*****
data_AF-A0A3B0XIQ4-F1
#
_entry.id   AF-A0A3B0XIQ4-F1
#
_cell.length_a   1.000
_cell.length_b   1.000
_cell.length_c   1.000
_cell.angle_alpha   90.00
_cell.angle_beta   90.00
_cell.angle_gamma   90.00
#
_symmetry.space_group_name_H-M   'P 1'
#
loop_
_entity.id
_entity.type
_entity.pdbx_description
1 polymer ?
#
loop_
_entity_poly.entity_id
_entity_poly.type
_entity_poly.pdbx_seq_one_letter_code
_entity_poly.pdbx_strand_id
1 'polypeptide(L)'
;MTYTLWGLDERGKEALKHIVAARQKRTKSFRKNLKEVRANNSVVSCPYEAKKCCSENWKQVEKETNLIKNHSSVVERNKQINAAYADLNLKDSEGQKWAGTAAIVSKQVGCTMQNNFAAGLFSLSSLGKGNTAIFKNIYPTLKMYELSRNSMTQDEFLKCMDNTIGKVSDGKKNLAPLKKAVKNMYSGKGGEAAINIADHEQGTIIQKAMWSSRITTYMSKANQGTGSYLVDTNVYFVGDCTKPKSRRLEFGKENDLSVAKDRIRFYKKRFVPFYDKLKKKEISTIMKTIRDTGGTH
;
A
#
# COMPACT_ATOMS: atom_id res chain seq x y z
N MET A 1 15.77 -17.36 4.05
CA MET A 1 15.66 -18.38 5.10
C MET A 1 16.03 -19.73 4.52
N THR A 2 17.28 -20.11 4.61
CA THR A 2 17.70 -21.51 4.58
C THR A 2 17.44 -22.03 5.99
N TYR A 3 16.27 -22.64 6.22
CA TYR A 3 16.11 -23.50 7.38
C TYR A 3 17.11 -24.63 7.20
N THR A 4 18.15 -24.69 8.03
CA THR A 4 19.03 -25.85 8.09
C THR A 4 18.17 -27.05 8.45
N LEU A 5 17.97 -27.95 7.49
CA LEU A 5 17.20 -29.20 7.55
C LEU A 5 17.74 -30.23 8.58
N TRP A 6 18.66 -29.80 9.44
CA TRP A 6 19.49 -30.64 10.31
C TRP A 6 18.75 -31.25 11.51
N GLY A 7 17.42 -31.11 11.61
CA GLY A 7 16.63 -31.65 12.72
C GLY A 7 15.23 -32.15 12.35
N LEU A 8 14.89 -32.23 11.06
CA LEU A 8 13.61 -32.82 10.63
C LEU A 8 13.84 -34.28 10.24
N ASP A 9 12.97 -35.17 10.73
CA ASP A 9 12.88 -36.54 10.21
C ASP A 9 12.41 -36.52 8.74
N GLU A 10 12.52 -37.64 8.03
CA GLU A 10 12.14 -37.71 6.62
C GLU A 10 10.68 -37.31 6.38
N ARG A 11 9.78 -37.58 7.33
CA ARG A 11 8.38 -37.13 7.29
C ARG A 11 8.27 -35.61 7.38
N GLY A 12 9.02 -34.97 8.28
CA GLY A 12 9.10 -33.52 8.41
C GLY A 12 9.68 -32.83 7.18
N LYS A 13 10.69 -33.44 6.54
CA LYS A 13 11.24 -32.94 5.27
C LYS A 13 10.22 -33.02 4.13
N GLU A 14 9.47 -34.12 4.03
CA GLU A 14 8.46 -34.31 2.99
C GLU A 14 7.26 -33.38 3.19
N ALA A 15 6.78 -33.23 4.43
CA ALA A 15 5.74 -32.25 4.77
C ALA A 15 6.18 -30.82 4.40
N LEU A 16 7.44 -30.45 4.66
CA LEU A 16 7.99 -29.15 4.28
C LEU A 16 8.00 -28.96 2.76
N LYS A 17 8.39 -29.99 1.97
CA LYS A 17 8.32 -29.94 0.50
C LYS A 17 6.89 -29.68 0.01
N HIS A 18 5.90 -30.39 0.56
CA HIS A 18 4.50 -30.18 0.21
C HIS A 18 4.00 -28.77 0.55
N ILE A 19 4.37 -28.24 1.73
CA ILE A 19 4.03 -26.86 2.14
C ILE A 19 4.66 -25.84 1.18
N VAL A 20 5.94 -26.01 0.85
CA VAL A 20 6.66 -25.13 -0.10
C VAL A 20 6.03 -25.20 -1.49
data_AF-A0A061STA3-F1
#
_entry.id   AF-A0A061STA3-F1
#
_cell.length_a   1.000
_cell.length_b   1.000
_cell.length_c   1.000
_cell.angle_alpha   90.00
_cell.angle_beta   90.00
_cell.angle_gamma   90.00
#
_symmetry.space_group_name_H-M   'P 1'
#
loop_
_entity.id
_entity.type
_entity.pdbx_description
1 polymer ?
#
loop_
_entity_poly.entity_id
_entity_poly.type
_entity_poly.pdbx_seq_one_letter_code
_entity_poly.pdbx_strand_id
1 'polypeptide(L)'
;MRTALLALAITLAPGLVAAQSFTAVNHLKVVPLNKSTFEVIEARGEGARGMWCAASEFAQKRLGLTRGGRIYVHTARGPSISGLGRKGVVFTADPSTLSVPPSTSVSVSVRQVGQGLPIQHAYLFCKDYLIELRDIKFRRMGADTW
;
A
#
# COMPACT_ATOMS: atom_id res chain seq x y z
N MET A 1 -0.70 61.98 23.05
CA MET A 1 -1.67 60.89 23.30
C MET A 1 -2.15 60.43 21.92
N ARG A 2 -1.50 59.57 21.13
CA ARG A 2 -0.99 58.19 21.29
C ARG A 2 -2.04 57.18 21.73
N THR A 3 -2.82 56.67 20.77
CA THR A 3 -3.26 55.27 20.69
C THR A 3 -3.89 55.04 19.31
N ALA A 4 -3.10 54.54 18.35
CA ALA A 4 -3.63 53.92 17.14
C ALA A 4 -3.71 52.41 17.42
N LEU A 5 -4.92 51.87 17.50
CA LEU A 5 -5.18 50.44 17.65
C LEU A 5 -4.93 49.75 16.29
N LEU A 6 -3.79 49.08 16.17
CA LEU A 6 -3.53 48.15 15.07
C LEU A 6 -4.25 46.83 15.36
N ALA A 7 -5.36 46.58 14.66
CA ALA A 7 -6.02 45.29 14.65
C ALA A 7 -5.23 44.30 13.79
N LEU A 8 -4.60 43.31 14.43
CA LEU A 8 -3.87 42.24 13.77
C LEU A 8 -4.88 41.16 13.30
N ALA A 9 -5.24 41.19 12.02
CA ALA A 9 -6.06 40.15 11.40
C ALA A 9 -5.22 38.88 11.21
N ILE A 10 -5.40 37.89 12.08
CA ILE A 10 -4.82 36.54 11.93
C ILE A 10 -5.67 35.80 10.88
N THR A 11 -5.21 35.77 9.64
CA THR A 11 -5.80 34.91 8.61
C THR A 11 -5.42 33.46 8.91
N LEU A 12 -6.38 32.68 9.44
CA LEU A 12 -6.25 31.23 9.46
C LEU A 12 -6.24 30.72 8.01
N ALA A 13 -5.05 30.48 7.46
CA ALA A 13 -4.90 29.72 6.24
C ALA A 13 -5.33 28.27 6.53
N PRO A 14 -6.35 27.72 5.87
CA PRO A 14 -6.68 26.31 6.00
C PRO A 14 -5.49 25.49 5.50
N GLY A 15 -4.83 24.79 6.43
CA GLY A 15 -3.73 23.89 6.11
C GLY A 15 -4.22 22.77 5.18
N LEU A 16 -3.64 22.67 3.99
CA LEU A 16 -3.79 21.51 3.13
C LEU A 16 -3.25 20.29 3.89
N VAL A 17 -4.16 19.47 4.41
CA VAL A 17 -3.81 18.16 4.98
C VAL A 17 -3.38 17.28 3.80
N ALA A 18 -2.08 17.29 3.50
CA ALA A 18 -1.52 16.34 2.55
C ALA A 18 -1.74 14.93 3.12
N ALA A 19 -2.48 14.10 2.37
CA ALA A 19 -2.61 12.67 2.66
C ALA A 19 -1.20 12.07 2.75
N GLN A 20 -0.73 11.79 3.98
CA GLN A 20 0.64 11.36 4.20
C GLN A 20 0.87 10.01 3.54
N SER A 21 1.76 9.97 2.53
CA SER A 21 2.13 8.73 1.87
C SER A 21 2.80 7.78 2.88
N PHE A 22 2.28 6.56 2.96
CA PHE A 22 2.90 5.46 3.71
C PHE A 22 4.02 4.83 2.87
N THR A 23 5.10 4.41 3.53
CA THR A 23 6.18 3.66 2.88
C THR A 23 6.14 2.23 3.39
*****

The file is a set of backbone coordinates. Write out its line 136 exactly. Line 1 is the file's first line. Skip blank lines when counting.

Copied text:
N LEU A 6 -3.79 49.08 16.17